August 4, 2002 – Day 3, Arrival in Lake Louise

Road heading to Lake Louise, the sky isn't looking good for climbing

On Sunday, we again split the group, the RV heading to Lake Louise early to get a camp spot in one of the first come/first serve Banff Park campgrounds and me to the airport to pick up Jim.  Jim’s flight from Salt Lake was on time and soon enough we were heading west to pick up his rental gear in Canmore, just shy of Banff.

Due to Jim’s residence on Guam and the spare alpine climbing conditions he experiences there, I made arrangements to rent double plastic boots, an alpine axe, climbing harness and helmet in Canmore.  This was no small trick as Jim has size 14 feet and one does not find many rental boots that large.  Fortunately, this outfit did have one pair and we gave them a deposit a few weeks before the trip to make sure the boots were there when we walked through the door.  Gear in hand, we next found some lunch before getting back on the Trans Canada to finish our day in Lake Louise.

Chateau Gravel Pit, pale in comparison to the one at the edge of Lake Louise

We found Gary and Diana in the campground but also found that no tent camping was permitted due to a grizzly bear making regular rounds through the camp area.  The result was a ban on tents and soft-sided RV’s, Gary and Diana were OK but it looked like we were not going to be camping in the same area.  Fortunately, the “overflow” campground for the Lake Louise area was still OK for tenting so Jim and headed off to find the gravel pit, five miles distant, that would be our home for the next couple of days.

That evening, we also put together the plan for the next day, a climb of Mount Aberdeen via the normal glacier route with a climb of Mount Haddo from the connecting col if the weather would cooperate.  We located the trailhead at Lake Louise and all was set for a climb beginning with a four a.m. alpine start.  We knew from a conversation with a park ranger at the visitor center that Aberdeen would be a long day.  We also learned our first euphamism of Park officialdom, when the ranger says a climb is “a good day” that means 14 hours with an alpine start.  By the end of the trip, we had learned that all day trips in the Canadian Rockies tend toward a bit on the longer side.

August 5, 2002 – Day 4, Consolation Hike to the Plain of Seven Glaciers Tea House

Looking back toward Lake Louise, we're almost to the tea house.

The alarm went off all too early at three a.m. but with all its buzzing, it paled in comparison to the sound of the steady rain hitting the tent.  I reset the alarm to four and figured a bit of a late start would be better than a soaked start.  Four o’clock came but the continued steady rain led me only to ponder if I should make an effort to contact Gary with regard to our complete lack of enthusiasm to start moving toward the trailhead.  I did not make the effort, figuring that the rain was sending him the same message and our failure to appear a second time would leave him with little doubt.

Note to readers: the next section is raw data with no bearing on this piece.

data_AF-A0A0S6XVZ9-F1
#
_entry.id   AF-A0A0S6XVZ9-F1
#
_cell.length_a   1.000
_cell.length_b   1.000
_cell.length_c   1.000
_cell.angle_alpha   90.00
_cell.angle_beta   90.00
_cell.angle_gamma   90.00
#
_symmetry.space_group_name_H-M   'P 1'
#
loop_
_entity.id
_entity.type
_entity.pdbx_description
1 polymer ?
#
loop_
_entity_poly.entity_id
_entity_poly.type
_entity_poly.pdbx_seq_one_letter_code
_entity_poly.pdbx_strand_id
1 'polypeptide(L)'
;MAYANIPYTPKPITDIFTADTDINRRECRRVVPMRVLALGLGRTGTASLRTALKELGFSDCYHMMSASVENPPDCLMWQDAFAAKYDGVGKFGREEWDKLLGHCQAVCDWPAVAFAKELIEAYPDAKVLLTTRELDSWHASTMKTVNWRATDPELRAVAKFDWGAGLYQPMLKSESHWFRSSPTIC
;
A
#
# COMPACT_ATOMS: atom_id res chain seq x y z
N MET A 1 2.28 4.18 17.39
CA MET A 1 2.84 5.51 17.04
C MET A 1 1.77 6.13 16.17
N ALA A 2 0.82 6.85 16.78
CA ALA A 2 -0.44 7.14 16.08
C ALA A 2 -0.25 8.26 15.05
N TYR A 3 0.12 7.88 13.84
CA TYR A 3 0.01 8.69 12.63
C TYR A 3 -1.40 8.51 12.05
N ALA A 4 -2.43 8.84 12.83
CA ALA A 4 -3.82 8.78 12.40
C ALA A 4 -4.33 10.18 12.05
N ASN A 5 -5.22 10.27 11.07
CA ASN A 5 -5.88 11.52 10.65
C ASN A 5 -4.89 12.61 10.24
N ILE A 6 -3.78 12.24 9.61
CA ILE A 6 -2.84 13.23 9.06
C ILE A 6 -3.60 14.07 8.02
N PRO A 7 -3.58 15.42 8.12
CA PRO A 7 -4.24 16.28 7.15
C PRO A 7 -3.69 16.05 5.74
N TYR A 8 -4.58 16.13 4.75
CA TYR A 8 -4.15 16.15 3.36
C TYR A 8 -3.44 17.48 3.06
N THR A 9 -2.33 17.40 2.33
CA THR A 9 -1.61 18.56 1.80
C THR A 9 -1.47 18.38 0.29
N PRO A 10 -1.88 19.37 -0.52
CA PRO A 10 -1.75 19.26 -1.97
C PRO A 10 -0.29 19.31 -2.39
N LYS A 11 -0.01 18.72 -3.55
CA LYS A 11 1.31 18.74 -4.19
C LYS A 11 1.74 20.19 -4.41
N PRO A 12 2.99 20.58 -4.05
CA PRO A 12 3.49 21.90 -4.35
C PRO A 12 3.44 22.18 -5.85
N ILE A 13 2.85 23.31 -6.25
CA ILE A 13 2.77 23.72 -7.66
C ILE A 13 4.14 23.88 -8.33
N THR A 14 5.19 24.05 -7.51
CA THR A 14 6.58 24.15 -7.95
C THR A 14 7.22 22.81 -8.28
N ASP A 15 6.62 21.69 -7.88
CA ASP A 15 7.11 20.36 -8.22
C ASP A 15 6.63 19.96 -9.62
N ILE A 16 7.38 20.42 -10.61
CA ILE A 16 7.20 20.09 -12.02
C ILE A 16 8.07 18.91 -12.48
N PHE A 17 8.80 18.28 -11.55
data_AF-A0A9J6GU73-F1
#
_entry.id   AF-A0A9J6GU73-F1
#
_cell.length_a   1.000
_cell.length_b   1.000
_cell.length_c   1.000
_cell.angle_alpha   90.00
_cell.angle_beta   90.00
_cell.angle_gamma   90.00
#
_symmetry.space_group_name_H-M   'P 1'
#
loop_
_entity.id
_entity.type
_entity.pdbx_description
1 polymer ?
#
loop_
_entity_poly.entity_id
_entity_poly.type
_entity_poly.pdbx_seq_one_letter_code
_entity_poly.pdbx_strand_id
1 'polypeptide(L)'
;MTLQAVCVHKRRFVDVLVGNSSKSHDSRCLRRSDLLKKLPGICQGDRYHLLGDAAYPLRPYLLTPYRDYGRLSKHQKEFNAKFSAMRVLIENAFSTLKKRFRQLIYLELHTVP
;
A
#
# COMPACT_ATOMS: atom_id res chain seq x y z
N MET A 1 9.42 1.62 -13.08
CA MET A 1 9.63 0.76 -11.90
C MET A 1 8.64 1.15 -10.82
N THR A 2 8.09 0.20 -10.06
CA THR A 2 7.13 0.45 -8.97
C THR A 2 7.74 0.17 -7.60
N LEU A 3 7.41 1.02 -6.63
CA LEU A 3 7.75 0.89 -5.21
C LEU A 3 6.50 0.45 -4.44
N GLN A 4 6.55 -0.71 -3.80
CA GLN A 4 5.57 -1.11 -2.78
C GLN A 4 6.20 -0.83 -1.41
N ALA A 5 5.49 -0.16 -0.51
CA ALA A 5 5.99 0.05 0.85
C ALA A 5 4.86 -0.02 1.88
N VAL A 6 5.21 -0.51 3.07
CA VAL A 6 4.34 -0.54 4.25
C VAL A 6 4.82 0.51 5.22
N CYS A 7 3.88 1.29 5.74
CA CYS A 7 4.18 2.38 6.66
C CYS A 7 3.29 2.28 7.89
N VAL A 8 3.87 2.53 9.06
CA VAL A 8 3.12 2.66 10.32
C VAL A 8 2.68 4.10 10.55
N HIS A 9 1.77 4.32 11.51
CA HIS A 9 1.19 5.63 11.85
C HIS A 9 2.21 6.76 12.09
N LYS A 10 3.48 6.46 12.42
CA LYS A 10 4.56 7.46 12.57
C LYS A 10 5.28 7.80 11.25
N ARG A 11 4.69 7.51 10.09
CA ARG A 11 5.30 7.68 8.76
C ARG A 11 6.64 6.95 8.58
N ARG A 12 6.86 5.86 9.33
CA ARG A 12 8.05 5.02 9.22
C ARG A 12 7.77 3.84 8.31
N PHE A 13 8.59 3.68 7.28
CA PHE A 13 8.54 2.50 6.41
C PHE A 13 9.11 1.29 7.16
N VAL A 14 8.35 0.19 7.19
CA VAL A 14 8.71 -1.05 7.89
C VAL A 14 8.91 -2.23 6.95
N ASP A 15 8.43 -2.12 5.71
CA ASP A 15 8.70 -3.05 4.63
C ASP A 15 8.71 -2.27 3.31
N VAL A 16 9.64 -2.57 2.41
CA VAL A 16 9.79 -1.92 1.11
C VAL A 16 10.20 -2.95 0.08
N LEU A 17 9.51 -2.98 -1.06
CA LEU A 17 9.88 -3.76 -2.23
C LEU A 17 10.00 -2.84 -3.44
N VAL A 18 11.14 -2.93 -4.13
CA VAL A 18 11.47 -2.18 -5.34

Plain of Six Glaciers teahouse

The rain finally let up a bit after seven so Jim and I headed over to the other campground to join in some sort of a plan for the day.  We ate breakfast and I suggested a hike to the teahouse located on the Plain of Six Glaciers, well past and above the far end of Lake Louise.  This hike would not only kill time but also take us past the flank of Mounts Haddo and Aberdeen and hopefully give us the opportunity to see at least a portion of the glacier route now planned for the following day. 

View of Aberdeen Glacier from teahouse. Aberdeen Glacier straddles the col between Mts. Haddo and Aberdeen

We joined the tourist horde at the lake parking lot and under a steadily improving sky, hiked the 3-½ miles along the lake and up to the teahouse.  For those unfamiliar with Lake Louise and this area of the Canadian Rockies, climbing and alpine hikes have been popular there for well over one hundred years.  The climbing scene began with the importation of Swiss mountain guides by the Canadian Pacific Railroad before the turn of the last century and a high hut and two teahouses are located around the Lake Louise high country.  The Seven Glaciers teahouse served tea, cakes, and sandwiches and provided a good view of the peaks that make up the cirque at the far end of the lake.  Not only could we see a portion of the Mount Aberdeen route we planned to climb the next day, but also routes on Mts. Lefroy and Victoria.

We did the tea routine and then headed back to a light dinner and our respective camps.  Enroute, the slopes of Mts. Lefroy and Victoria reminded us with the sight and sound of falling serac avalanches that we were “not in Kansas anymore” and that the ante for the climbs to come were going to be a bit higher than a summertime climb in Colorado.